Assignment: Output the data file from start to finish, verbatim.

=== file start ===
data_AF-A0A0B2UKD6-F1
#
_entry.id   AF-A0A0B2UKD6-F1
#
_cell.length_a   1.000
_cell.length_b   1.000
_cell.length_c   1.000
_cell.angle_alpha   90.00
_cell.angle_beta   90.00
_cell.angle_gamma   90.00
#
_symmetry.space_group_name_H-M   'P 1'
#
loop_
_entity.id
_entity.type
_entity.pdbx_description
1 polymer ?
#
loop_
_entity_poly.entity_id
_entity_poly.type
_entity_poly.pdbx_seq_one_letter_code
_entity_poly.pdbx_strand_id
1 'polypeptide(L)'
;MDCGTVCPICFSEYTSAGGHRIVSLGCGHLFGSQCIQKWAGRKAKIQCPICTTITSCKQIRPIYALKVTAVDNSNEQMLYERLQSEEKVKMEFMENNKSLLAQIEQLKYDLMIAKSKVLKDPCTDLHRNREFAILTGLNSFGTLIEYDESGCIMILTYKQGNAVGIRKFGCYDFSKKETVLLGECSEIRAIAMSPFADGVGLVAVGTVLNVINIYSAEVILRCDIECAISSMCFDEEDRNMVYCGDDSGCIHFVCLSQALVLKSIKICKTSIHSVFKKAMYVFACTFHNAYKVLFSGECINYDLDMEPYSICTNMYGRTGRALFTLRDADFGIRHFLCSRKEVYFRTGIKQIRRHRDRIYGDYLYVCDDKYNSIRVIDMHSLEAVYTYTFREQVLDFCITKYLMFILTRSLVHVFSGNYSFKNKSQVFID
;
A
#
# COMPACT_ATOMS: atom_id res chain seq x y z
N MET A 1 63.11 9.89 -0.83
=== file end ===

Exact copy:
data_AF-A0A0B2UKD6-F1
#
_entry.id   AF-A0A0B2UKD6-F1
#
_cell.length_a   1.000
_cell.length_b   1.000
_cell.length_c   1.000
_cell.angle_alpha   90.00
_cell.angle_beta   90.00
_cell.angle_gamma   90.00
#
_symmetry.space_group_name_H-M   'P 1'
#
loop_
_entity.id
_entity.type
_entity.pdbx_description
1 polymer ?
#
loop_
_entity_poly.entity_id
_entity_poly.type
_entity_poly.pdbx_seq_one_letter_code
_entity_poly.pdbx_strand_id
1 'polypeptide(L)'
;MDCGTVCPICFSEYTSAGGHRIVSLGCGHLFGSQCIQKWAGRKAKIQCPICTTITSCKQIRPIYALKVTAVDNSNEQMLYERLQSEEKVKMEFMENNKSLLAQIEQLKYDLMIAKSKVLKDPCTDLHRNREFAILTGLNSFGTLIEYDESGCIMILTYKQGNAVGIRKFGCYDFSKKETVLLGECSEIRAIAMSPFADGVGLVAVGTVLNVINIYSAEVILRCDIECAISSMCFDEEDRNMVYCGDDSGCIHFVCLSQALVLKSIKICKTSIHSVFKKAMYVFACTFHNAYKVLFSGECINYDLDMEPYSICTNMYGRTGRALFTLRDADFGIRHFLCSRKEVYFRTGIKQIRRHRDRIYGDYLYVCDDKYNSIRVIDMHSLEAVYTYTFREQVLDFCITKYLMFILTRSLVHVFSGNYSFKNKSQVFID
;
A
#
# COMPACT_ATOMS: atom_id res chain seq x y z
N MET A 1 63.11 9.89 -0.83